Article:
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KSM-66 ashwagandha has shown stress-relieving benefits in previous studies, but new research suggests those benefits also extend to reducing excessive food consumption associated with stress.
For several years now, research on KSM-66 ashwagandha (Withania somnifera) has backed its potential for stress relief. A new study now suggests those benefits may also extend to reducing excessive food consumption associated with stress.
Writing in the Journal of Evidence-Based Complementary & Alternative Medicine, researchers found that KSM-66 supplementation led to reduced psychological and physiological markers of stress, improved eating behavior, and reduced food cravings in moderately overweight adults who reported suffering from chronic stress. The randomized, double-blind, placebo-controlled study also found that participants consuming KSM-66 ashwagandha experienced significant reductions to body weight and body mass index.
“It is well known that the ashwagandha root has significant ability to reduce stress and cortisol,” said Kartikeya Baldwa, director of Ixoreal Biomed, supplier of KSM-66, in the study announcement. “On this basis, many practitioners have believed that the root should help combat some of the effects of stress and cortisol, such as reactive eating and the reliance on food as a coping mechanism.”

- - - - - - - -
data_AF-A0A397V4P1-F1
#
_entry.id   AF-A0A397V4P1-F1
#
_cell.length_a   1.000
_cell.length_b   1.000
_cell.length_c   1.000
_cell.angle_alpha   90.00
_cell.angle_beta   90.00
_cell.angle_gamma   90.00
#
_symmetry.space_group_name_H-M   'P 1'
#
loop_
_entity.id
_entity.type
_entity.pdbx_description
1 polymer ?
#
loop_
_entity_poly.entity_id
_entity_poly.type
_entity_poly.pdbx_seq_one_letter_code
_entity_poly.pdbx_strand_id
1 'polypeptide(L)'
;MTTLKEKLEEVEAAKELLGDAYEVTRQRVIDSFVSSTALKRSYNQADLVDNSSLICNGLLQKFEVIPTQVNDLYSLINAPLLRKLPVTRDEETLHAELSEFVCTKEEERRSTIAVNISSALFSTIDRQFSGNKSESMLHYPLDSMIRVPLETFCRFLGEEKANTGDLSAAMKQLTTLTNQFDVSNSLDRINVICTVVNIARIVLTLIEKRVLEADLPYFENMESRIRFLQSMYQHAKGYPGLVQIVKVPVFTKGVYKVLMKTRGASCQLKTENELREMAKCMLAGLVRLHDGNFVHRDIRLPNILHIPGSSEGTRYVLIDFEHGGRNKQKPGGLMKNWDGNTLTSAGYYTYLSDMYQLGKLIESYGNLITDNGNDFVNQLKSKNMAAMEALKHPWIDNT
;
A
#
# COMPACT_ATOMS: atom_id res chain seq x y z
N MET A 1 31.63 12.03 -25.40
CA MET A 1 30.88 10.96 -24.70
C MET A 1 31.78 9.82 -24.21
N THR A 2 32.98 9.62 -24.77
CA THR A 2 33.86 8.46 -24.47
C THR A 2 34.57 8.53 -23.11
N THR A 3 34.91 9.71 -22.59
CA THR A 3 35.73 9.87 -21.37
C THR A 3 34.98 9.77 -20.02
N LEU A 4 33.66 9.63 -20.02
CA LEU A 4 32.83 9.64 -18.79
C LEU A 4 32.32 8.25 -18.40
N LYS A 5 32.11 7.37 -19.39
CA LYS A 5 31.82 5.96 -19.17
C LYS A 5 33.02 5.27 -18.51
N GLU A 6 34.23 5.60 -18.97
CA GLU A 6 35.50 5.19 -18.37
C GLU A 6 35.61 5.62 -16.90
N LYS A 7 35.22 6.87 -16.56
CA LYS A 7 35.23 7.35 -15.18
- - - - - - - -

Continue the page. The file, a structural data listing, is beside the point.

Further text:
Baldwa added that until now, there has been “no direct evidence” linking KSM-66 consumption with stress-related eating.
“This is the first study to show that ashwagandha can reduce food cravings and emotional eating mediated by stress relief,” Baldwa said.
For eight weeks, 52 moderately overweight men and women aged 18–60 were randomized to consume 300 mg of KSM-66 or a placebo twice daily. Participants reported suffering from chronic stress but were otherwise healthy. Researchers assessed the effect of KSM-66 supplementation with a perceived stress scale, food cravings questionnaire, Oxford Happiness Questionnaire, and three-factor eating questionnaire (TFEQ), in addition to measuring serum cortisol, body weight, and body mass index (BMI). Subjects were assessed at the beginning of the study, four weeks after beginning supplementation, and eight weeks after beginning supplementation.
In the KSM-66 group, researchers observed significant reductions to scores for “uncontrolled eating” and “emotional eating” on the TFEQ, suggesting people consuming KSM-66 are less likely to turn to food consumption to cope with stress. Researchers also found that KSM-66 supplementation significantly reduced body weight and BMI, while also leading to significant improvement to markers of contentment and psychological well-being.
“Therefore, we conclude that ashwagandha root extract can be useful for body-weight management in patients experiencing chronic stress,” researchers wrote.
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Choudhary D et al., “Body weight management in adults under chronic stress through treatment with ashwagandha root extract: a double-blind, randomized, placebo-controlled trial,” Journal of Evidence-Based Complementary & Alternative Medicine. Published online April 6, 2016.